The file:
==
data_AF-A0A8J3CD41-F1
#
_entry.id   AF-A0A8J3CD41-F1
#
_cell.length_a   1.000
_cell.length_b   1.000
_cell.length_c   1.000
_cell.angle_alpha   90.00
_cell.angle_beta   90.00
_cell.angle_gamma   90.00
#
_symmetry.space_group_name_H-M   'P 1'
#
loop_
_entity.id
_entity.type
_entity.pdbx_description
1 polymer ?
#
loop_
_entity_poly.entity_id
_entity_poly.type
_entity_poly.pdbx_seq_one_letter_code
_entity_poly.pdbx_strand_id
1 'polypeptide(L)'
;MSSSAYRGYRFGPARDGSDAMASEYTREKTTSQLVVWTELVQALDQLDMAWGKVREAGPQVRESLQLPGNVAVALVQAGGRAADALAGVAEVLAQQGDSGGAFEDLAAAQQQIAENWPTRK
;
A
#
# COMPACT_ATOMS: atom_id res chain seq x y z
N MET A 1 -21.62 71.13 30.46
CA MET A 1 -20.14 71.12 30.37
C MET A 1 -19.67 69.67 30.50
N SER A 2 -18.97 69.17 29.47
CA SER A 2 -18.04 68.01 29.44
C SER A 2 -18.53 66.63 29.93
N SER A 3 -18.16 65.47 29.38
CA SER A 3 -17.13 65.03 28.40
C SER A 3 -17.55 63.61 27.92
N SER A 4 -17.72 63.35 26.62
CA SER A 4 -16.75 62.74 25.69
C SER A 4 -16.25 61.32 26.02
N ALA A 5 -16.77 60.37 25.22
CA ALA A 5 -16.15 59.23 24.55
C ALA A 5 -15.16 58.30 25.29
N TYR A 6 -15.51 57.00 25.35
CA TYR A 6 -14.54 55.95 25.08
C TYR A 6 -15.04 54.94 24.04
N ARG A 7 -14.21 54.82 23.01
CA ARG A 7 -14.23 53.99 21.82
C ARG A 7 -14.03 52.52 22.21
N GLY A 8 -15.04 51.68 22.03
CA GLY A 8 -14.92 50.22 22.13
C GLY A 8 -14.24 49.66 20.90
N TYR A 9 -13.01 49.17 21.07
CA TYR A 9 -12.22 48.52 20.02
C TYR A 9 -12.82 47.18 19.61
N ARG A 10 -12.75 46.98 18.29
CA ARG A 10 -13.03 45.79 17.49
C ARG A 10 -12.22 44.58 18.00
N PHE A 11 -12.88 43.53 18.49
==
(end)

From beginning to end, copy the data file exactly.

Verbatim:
data_AF-A0A8J3CD41-F1
#
_entry.id   AF-A0A8J3CD41-F1
#
_cell.length_a   1.000
_cell.length_b   1.000
_cell.length_c   1.000
_cell.angle_alpha   90.00
_cell.angle_beta   90.00
_cell.angle_gamma   90.00
#
_symmetry.space_group_name_H-M   'P 1'
#
loop_
_entity.id
_entity.type
_entity.pdbx_description
1 polymer ?
#
loop_
_entity_poly.entity_id
_entity_poly.type
_entity_poly.pdbx_seq_one_letter_code
_entity_poly.pdbx_strand_id
1 'polypeptide(L)'
;MSSSAYRGYRFGPARDGSDAMASEYTREKTTSQLVVWTELVQALDQLDMAWGKVREAGPQVRESLQLPGNVAVALVQAGGRAADALAGVAEVLAQQGDSGGAFEDLAAAQQQIAENWPTRK
;
A
#
# COMPACT_ATOMS: atom_id res chain seq x y z
N MET A 1 -21.62 71.13 30.46
CA MET A 1 -20.14 71.12 30.37
C MET A 1 -19.67 69.67 30.50
N SER A 2 -18.97 69.17 29.47
CA SER A 2 -18.04 68.01 29.44
C SER A 2 -18.53 66.63 29.93
N SER A 3 -18.16 65.47 29.38
CA SER A 3 -17.13 65.03 28.40
C SER A 3 -17.55 63.61 27.92
N SER A 4 -17.72 63.35 26.62
CA SER A 4 -16.75 62.74 25.69
C SER A 4 -16.25 61.32 26.02
N ALA A 5 -16.77 60.37 25.22
CA ALA A 5 -16.15 59.23 24.55
C ALA A 5 -15.16 58.30 25.29
N TYR A 6 -15.51 57.00 25.35
CA TYR A 6 -14.54 55.95 25.08
C TYR A 6 -15.04 54.94 24.04
N ARG A 7 -14.21 54.82 23.01
CA ARG A 7 -14.23 53.99 21.82
C ARG A 7 -14.03 52.52 22.21
N GLY A 8 -15.04 51.68 22.03
CA GLY A 8 -14.92 50.22 22.13
C GLY A 8 -14.24 49.66 20.90
N TYR A 9 -13.01 49.17 21.07
CA TYR A 9 -12.22 48.52 20.02
C TYR A 9 -12.82 47.18 19.61
N ARG A 10 -12.75 46.98 18.29
CA ARG A 10 -13.03 45.79 17.49
C ARG A 10 -12.22 44.58 18.00
N PHE A 11 -12.88 43.53 18.49